conciliation

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Related to conciliations: arbitrate

conciliation

a form of intervention in collective and individual INDUSTRIAL DISPUTES in which a third party assists the disputants in resolving their differences. The primary role of the conciliator is to encourage the parties to settle the dispute themselves through continued NEGOTIATION, rather than to cast judgement on the disputants' claims (ARBITRATION) or to bring forward the conciliator's own proposals for a settlement (MEDIATION). In the UK, conciliation services are provided officially by the ADVISORY, CONCILIATION AND ARBITRATION SERVICE (ACAS). Conciliation in collective disputes is typically resorted to when agreed procedures for resolving differences have been exhausted and a STRIKE could well occur. Individual conciliation may take place where an employee claims that his or her employer has treated him or her unlawfully. In the UK all such claims that are lodged with EMPLOYMENT TRIBUNALS are automatically referred to ACAS to determine whether conciliation may render a formal hearing unnecessary. See INDUSTRIAL DISPUTE, UNFAIR DISMISSAL, DISCRIMINATION, COLLECTIVE BARGAINING.

conciliation

a procedure for settling disputes, most notably INDUSTRIAL DISPUTES, in which a neutral third party meets with the disputants and endeavours to help them resolve their differences and reach agreement through continued negotiation. In the UK the ADVISORY CONCILIATION AND ARBITRATION SERVICE acts in this capacity See MEDIATION, ARBITRATION, INDUSTRIAL RELATIONS, COLLECTIVE BARGAINING.
References in periodicals archive ?
In the same year, the total number of disputes raised before the conciliation mechanism was 425 (provisional figures).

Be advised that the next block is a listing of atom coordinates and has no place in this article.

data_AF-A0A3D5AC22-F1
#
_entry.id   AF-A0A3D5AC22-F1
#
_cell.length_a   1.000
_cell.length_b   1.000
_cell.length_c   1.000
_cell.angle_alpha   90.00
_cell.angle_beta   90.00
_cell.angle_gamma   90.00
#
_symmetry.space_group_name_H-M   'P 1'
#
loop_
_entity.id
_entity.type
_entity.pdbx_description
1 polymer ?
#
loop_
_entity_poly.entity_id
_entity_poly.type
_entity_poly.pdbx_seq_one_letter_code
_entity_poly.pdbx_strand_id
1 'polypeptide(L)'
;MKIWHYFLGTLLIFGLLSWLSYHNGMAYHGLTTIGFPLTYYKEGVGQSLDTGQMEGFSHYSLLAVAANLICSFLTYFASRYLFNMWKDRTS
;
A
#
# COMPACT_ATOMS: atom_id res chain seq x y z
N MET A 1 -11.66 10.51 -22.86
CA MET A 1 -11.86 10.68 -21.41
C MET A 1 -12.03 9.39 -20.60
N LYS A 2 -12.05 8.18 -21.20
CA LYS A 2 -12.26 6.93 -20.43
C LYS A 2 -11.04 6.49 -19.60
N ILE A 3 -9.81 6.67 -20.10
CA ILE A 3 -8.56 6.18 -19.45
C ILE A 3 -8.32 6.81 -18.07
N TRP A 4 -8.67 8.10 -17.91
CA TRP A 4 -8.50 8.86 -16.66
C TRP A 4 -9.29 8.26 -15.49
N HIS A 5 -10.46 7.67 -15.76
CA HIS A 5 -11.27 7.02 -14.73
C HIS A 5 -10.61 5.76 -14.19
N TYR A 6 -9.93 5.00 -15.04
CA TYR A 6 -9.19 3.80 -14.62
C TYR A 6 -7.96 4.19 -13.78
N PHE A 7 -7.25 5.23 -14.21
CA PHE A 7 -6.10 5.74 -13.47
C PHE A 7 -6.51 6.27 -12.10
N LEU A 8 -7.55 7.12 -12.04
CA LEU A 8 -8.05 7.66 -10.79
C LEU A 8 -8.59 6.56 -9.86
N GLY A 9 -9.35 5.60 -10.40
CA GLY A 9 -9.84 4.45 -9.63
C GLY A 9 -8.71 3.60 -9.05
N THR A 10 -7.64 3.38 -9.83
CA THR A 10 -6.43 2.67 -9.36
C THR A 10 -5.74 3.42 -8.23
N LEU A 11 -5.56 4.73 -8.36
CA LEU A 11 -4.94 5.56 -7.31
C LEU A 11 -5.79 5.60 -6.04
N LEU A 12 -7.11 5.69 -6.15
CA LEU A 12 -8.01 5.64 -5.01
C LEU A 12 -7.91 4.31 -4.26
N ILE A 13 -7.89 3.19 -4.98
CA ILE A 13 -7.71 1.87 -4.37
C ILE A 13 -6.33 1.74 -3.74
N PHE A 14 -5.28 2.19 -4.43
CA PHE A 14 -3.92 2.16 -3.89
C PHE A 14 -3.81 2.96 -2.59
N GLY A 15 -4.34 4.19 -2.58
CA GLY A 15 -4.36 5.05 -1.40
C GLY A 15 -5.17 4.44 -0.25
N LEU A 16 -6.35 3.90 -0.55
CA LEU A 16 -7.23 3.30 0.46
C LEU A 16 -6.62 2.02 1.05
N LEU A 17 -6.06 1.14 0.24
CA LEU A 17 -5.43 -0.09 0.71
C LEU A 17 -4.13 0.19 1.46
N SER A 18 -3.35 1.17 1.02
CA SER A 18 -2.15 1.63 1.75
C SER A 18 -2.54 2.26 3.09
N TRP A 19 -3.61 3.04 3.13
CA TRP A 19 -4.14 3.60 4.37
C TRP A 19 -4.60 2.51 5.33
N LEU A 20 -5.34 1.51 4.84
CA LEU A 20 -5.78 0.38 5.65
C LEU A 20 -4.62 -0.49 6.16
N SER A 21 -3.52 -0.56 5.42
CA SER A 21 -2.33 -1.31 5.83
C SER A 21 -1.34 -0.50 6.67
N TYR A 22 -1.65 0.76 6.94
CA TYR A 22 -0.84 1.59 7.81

Then, given the reverse swing of the pendulum, conciliation should also regain its lost relevance.
In India, industrial disputes are not settled through arbitration but are routed through the conciliation machineries of the Central and/or the state governments.
Convene a joint conference to ascertain the causes of dispute but in doing so runs the risk of commencing the conciliation proceedings.
Having initiated the conciliation proceedings attempt to bring the disputants to a common platform where they can negotiate to a bipartite agreement.
A salient feature of adjudication through reference is that, the court or the adjudicator deliberates only on the issues framed by the conciliation officer and would not open the case afresh or go into the merit of the case.
Employers finding themselves in these situations have at times sought relief from the courts, arguing that the EEOC failed to meet its statutory obligation to "endeavor to eliminate" any alleged unlawful practices through the conciliation process.
In response to these arguments, courts have been somewhat mixed in their interpretation of the litigation effects of the conciliation requirement found in Title VII.
Mach Mining broke with this seeming trend and held late last year that the EEOC's conciliation efforts are not subject to judicial review and that employers cannot raise failure to conciliate as an affirmative defense.
Specifically, the 7th Circuit stated that the 2nd, 5th and 11th Circuits evaluate conciliation under a searching three-party inquiry that asks whether the EEOC outlined to the employer its case for believing Title VII has been violated, gave the employer the chance to comply voluntarily, and responded in a reasonable and flexible manner to the reasonable attitudes of the employer.
Although these actions may result in the EEOC adjusting its approach and doing more work before pulling the trigger on litigation, in light of the EEOC's aggressive enforcement efforts over the past few years, employers should still expect the EEOC to continue to contest employers' ability to challenge the sufficiency of conciliation efforts.